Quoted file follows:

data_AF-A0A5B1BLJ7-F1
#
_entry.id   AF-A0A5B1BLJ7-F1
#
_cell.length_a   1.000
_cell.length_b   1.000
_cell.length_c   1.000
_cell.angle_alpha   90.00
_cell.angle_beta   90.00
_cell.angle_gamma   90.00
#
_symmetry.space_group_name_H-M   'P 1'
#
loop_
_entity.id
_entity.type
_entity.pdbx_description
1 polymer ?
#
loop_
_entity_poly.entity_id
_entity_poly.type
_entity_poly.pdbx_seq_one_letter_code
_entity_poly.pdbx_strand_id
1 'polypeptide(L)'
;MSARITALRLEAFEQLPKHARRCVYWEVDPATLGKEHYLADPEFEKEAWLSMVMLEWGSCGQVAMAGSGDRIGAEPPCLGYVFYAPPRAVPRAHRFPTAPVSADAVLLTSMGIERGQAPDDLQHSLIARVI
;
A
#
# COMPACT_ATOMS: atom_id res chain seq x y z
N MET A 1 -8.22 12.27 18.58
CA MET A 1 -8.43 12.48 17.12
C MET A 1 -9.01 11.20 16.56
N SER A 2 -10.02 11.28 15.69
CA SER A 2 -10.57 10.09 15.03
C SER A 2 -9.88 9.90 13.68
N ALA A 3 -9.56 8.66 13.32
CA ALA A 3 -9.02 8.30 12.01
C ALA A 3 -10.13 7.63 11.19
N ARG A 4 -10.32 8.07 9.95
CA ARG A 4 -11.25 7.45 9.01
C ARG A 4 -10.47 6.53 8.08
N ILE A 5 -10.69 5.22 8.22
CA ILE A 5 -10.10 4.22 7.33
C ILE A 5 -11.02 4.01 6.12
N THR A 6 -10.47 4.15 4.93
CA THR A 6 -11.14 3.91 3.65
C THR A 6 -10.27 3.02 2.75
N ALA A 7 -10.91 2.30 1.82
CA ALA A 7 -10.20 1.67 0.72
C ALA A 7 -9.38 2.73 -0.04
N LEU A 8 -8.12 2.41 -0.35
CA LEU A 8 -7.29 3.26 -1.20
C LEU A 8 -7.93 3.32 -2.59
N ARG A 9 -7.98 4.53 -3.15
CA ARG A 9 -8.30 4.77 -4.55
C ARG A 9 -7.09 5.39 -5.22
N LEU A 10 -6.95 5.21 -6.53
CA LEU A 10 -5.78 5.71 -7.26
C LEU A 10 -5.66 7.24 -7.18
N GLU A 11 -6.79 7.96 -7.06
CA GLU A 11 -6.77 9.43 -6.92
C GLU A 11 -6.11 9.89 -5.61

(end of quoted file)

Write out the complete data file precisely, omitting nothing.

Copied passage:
data_AF-A0A5B1BLJ7-F1
#
_entry.id   AF-A0A5B1BLJ7-F1
#
_cell.length_a   1.000
_cell.length_b   1.000
_cell.length_c   1.000
_cell.angle_alpha   90.00
_cell.angle_beta   90.00
_cell.angle_gamma   90.00
#
_symmetry.space_group_name_H-M   'P 1'
#
loop_
_entity.id
_entity.type
_entity.pdbx_description
1 polymer ?
#
loop_
_entity_poly.entity_id
_entity_poly.type
_entity_poly.pdbx_seq_one_letter_code
_entity_poly.pdbx_strand_id
1 'polypeptide(L)'
;MSARITALRLEAFEQLPKHARRCVYWEVDPATLGKEHYLADPEFEKEAWLSMVMLEWGSCGQVAMAGSGDRIGAEPPCLGYVFYAPPRAVPRAHRFPTAPVSADAVLLTSMGIERGQAPDDLQHSLIARVI
;
A
#
# COMPACT_ATOMS: atom_id res chain seq x y z
N MET A 1 -8.22 12.27 18.58
CA MET A 1 -8.43 12.48 17.12
C MET A 1 -9.01 11.20 16.56
N SER A 2 -10.02 11.28 15.69
CA SER A 2 -10.57 10.09 15.03
C SER A 2 -9.88 9.90 13.68
N ALA A 3 -9.56 8.66 13.32
CA ALA A 3 -9.02 8.30 12.01
C ALA A 3 -10.13 7.63 11.19
N ARG A 4 -10.32 8.07 9.95
CA ARG A 4 -11.25 7.45 9.01
C ARG A 4 -10.47 6.53 8.08
N ILE A 5 -10.69 5.22 8.22
CA ILE A 5 -10.10 4.22 7.33
C ILE A 5 -11.02 4.01 6.12
N THR A 6 -10.47 4.15 4.93
CA THR A 6 -11.14 3.91 3.65
C THR A 6 -10.27 3.02 2.75
N ALA A 7 -10.91 2.30 1.82
CA ALA A 7 -10.20 1.67 0.72
C ALA A 7 -9.38 2.73 -0.04
N LEU A 8 -8.12 2.41 -0.35
CA LEU A 8 -7.29 3.26 -1.20
C LEU A 8 -7.93 3.32 -2.59
N ARG A 9 -7.98 4.53 -3.15
CA ARG A 9 -8.30 4.77 -4.55
C ARG A 9 -7.09 5.39 -5.22
N LEU A 10 -6.95 5.21 -6.53
CA LEU A 10 -5.78 5.71 -7.26
C LEU A 10 -5.66 7.24 -7.18
N GLU A 11 -6.79 7.96 -7.06
CA GLU A 11 -6.77 9.43 -6.92
C GLU A 11 -6.11 9.89 -5.61